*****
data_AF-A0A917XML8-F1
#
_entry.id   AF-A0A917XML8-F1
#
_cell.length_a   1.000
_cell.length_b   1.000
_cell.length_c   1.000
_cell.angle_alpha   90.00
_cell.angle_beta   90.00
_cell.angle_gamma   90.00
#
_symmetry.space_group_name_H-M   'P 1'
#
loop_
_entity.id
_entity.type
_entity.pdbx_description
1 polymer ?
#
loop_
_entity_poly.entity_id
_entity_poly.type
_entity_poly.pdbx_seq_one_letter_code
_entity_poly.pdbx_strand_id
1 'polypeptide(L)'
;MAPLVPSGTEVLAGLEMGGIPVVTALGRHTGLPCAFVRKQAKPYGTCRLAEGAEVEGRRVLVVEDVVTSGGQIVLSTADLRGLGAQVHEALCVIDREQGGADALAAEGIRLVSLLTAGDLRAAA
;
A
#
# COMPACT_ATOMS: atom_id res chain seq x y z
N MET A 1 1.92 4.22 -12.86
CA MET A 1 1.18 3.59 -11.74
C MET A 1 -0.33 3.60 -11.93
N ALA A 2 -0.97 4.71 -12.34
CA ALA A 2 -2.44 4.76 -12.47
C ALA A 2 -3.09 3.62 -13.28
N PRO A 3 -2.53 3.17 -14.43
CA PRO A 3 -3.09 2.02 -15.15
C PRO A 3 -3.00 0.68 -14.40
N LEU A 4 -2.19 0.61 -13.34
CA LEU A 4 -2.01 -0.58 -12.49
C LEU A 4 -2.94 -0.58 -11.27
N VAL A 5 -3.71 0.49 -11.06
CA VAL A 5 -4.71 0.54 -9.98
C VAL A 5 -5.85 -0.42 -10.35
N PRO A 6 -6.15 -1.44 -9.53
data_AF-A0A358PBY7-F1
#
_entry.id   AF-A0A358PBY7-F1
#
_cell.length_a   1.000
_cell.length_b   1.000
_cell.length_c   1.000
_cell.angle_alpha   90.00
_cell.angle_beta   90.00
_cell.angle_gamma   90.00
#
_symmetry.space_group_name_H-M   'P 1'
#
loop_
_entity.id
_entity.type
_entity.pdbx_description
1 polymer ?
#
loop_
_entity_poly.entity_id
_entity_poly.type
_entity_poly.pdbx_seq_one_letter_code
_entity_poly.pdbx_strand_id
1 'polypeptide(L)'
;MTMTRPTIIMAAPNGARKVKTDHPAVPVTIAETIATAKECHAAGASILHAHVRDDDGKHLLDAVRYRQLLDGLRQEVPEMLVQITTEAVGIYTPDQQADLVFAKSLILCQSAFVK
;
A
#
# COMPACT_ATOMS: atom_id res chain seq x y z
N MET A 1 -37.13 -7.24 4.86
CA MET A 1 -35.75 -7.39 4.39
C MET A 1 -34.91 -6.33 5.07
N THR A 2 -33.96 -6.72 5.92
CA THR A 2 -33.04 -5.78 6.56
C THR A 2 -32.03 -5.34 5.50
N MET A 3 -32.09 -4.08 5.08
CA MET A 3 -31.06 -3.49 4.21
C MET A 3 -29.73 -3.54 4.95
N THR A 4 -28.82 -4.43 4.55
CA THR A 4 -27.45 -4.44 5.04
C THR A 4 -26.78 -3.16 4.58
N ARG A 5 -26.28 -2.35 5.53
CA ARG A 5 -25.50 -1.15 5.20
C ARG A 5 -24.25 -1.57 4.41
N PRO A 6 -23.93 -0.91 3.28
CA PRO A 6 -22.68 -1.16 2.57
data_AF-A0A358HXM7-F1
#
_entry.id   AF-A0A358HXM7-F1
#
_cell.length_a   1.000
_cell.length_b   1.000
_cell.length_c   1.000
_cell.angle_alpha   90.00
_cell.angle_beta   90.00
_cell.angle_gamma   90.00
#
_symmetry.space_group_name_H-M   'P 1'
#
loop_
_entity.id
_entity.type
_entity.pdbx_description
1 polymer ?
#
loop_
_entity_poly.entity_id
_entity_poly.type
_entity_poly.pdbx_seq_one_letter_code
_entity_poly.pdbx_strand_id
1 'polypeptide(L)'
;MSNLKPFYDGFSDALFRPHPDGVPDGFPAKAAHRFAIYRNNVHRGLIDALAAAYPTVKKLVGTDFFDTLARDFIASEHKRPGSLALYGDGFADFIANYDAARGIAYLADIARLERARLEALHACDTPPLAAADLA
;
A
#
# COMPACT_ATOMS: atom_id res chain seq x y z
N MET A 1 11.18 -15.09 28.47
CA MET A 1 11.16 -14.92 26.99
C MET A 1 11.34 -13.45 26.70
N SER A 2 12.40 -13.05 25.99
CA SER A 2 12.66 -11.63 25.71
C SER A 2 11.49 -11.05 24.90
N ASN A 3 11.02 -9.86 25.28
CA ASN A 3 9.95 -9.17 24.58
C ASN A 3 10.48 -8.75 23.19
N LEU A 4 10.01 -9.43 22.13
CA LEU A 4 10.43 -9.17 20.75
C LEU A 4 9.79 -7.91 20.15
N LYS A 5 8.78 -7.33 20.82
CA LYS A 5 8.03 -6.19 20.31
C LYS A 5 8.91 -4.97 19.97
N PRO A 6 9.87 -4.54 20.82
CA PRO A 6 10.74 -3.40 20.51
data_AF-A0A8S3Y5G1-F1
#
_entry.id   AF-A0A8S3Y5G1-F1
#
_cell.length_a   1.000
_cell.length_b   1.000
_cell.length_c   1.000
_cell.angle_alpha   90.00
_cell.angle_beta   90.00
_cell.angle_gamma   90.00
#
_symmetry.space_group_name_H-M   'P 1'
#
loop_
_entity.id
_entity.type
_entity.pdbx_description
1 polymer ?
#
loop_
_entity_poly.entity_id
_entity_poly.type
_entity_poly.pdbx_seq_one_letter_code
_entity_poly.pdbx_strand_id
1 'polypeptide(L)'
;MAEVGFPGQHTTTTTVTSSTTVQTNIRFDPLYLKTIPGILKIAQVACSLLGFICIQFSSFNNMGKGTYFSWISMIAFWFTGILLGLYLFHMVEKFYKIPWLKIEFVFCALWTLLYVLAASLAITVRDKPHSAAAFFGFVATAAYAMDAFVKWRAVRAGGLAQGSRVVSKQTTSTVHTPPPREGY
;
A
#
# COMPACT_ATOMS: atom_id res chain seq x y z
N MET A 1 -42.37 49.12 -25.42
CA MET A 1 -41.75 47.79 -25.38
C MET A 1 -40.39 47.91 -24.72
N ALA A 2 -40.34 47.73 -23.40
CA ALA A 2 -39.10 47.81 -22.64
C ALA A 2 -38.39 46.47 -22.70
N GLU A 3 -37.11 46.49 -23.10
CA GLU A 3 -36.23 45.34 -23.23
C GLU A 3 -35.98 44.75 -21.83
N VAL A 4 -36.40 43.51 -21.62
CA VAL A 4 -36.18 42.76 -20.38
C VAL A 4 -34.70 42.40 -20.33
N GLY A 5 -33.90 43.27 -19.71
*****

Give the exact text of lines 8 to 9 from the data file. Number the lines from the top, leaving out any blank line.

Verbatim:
_cell.angle_alpha   90.00
_cell.angle_beta   90.00